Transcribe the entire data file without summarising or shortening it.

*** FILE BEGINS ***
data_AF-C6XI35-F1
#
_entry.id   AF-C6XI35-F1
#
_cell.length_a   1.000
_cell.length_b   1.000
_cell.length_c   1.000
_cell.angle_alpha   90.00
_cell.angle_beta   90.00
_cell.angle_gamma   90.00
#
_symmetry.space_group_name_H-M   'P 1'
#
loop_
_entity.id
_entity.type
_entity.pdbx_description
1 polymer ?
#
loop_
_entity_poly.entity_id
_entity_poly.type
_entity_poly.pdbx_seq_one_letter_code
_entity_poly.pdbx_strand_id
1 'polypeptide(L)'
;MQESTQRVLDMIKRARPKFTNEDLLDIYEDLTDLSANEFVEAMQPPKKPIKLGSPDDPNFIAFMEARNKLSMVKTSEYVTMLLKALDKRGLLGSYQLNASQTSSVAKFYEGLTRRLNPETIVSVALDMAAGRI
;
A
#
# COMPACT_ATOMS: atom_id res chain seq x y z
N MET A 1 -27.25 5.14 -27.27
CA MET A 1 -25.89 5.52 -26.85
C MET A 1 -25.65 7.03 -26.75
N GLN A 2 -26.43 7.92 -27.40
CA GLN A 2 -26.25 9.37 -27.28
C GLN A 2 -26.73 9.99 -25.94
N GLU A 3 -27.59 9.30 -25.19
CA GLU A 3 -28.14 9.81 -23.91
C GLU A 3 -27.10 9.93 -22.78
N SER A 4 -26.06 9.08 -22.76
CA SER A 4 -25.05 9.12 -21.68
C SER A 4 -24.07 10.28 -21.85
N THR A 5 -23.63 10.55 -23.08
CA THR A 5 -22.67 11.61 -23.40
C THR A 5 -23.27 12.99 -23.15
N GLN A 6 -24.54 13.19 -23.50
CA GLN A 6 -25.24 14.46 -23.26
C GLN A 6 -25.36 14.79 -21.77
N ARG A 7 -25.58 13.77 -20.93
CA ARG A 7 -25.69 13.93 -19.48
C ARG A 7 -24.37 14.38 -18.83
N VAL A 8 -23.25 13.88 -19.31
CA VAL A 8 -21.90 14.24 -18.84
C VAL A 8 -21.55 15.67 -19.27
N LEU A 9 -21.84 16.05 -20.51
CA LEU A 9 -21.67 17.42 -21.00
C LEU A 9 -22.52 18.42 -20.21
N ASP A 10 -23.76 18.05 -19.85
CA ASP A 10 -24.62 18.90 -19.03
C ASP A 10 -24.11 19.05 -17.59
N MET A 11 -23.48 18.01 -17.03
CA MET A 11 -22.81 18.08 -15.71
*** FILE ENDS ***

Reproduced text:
data_AF-C6XI35-F1
#
_entry.id   AF-C6XI35-F1
#
_cell.length_a   1.000
_cell.length_b   1.000
_cell.length_c   1.000
_cell.angle_alpha   90.00
_cell.angle_beta   90.00
_cell.angle_gamma   90.00
#
_symmetry.space_group_name_H-M   'P 1'
#
loop_
_entity.id
_entity.type
_entity.pdbx_description
1 polymer ?
#
loop_
_entity_poly.entity_id
_entity_poly.type
_entity_poly.pdbx_seq_one_letter_code
_entity_poly.pdbx_strand_id
1 'polypeptide(L)'
;MQESTQRVLDMIKRARPKFTNEDLLDIYEDLTDLSANEFVEAMQPPKKPIKLGSPDDPNFIAFMEARNKLSMVKTSEYVTMLLKALDKRGLLGSYQLNASQTSSVAKFYEGLTRRLNPETIVSVALDMAAGRI
;
A
#
# COMPACT_ATOMS: atom_id res chain seq x y z
N MET A 1 -27.25 5.14 -27.27
CA MET A 1 -25.89 5.52 -26.85
C MET A 1 -25.65 7.03 -26.75
N GLN A 2 -26.43 7.92 -27.40
CA GLN A 2 -26.25 9.37 -27.28
C GLN A 2 -26.73 9.99 -25.94
N GLU A 3 -27.59 9.30 -25.19
CA GLU A 3 -28.14 9.81 -23.91
C GLU A 3 -27.10 9.93 -22.78
N SER A 4 -26.06 9.08 -22.76
CA SER A 4 -25.05 9.12 -21.68
C SER A 4 -24.07 10.28 -21.85
N THR A 5 -23.63 10.55 -23.08
CA THR A 5 -22.67 11.61 -23.40
C THR A 5 -23.27 12.99 -23.15
N GLN A 6 -24.54 13.19 -23.50
CA GLN A 6 -25.24 14.46 -23.26
C GLN A 6 -25.36 14.79 -21.77
N ARG A 7 -25.58 13.77 -20.93
CA ARG A 7 -25.69 13.93 -19.48
C ARG A 7 -24.37 14.38 -18.83
N VAL A 8 -23.25 13.88 -19.31
CA VAL A 8 -21.90 14.24 -18.84
C VAL A 8 -21.55 15.67 -19.27
N LEU A 9 -21.84 16.05 -20.51
CA LEU A 9 -21.67 17.42 -21.00
C LEU A 9 -22.52 18.42 -20.21
N ASP A 10 -23.76 18.05 -19.85
CA ASP A 10 -24.62 18.90 -19.03
C ASP A 10 -24.11 19.05 -17.59
N MET A 11 -23.48 18.01 -17.03
CA MET A 11 -22.81 18.08 -15.71